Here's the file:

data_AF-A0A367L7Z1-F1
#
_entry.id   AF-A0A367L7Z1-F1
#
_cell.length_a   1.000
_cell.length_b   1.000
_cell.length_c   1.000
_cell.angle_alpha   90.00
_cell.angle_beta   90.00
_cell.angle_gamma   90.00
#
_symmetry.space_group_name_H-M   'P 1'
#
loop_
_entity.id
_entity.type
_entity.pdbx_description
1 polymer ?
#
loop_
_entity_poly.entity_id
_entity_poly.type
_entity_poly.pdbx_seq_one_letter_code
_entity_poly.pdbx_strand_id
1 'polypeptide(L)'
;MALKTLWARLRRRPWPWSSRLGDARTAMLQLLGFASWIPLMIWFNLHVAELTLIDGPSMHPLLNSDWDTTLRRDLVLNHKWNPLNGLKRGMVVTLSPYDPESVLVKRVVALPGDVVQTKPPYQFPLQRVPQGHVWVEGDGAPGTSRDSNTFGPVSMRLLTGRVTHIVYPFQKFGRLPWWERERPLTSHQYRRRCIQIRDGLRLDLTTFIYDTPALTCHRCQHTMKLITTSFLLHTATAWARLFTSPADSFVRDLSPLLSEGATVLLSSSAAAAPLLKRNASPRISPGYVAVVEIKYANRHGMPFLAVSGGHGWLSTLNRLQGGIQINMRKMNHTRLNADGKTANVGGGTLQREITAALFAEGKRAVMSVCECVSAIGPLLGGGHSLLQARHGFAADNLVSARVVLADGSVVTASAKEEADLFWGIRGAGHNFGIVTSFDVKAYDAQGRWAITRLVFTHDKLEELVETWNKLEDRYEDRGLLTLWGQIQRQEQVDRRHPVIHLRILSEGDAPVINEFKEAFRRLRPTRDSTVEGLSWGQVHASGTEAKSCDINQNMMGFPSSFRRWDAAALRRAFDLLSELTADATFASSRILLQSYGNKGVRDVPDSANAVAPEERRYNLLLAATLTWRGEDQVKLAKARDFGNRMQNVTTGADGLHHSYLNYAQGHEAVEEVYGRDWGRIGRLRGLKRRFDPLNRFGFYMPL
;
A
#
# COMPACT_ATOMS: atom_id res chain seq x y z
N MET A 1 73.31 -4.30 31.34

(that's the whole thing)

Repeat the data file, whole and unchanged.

data_AF-A0A367L7Z1-F1
#
_entry.id   AF-A0A367L7Z1-F1
#
_cell.length_a   1.000
_cell.length_b   1.000
_cell.length_c   1.000
_cell.angle_alpha   90.00
_cell.angle_beta   90.00
_cell.angle_gamma   90.00
#
_symmetry.space_group_name_H-M   'P 1'
#
loop_
_entity.id
_entity.type
_entity.pdbx_description
1 polymer ?
#
loop_
_entity_poly.entity_id
_entity_poly.type
_entity_poly.pdbx_seq_one_letter_code
_entity_poly.pdbx_strand_id
1 'polypeptide(L)'
;MALKTLWARLRRRPWPWSSRLGDARTAMLQLLGFASWIPLMIWFNLHVAELTLIDGPSMHPLLNSDWDTTLRRDLVLNHKWNPLNGLKRGMVVTLSPYDPESVLVKRVVALPGDVVQTKPPYQFPLQRVPQGHVWVEGDGAPGTSRDSNTFGPVSMRLLTGRVTHIVYPFQKFGRLPWWERERPLTSHQYRRRCIQIRDGLRLDLTTFIYDTPALTCHRCQHTMKLITTSFLLHTATAWARLFTSPADSFVRDLSPLLSEGATVLLSSSAAAAPLLKRNASPRISPGYVAVVEIKYANRHGMPFLAVSGGHGWLSTLNRLQGGIQINMRKMNHTRLNADGKTANVGGGTLQREITAALFAEGKRAVMSVCECVSAIGPLLGGGHSLLQARHGFAADNLVSARVVLADGSVVTASAKEEADLFWGIRGAGHNFGIVTSFDVKAYDAQGRWAITRLVFTHDKLEELVETWNKLEDRYEDRGLLTLWGQIQRQEQVDRRHPVIHLRILSEGDAPVINEFKEAFRRLRPTRDSTVEGLSWGQVHASGTEAKSCDINQNMMGFPSSFRRWDAAALRRAFDLLSELTADATFASSRILLQSYGNKGVRDVPDSANAVAPEERRYNLLLAATLTWRGEDQVKLAKARDFGNRMQNVTTGADGLHHSYLNYAQGHEAVEEVYGRDWGRIGRLRGLKRRFDPLNRFGFYMPL
;
A
#
# COMPACT_ATOMS: atom_id res chain seq x y z
N MET A 1 73.31 -4.30 31.34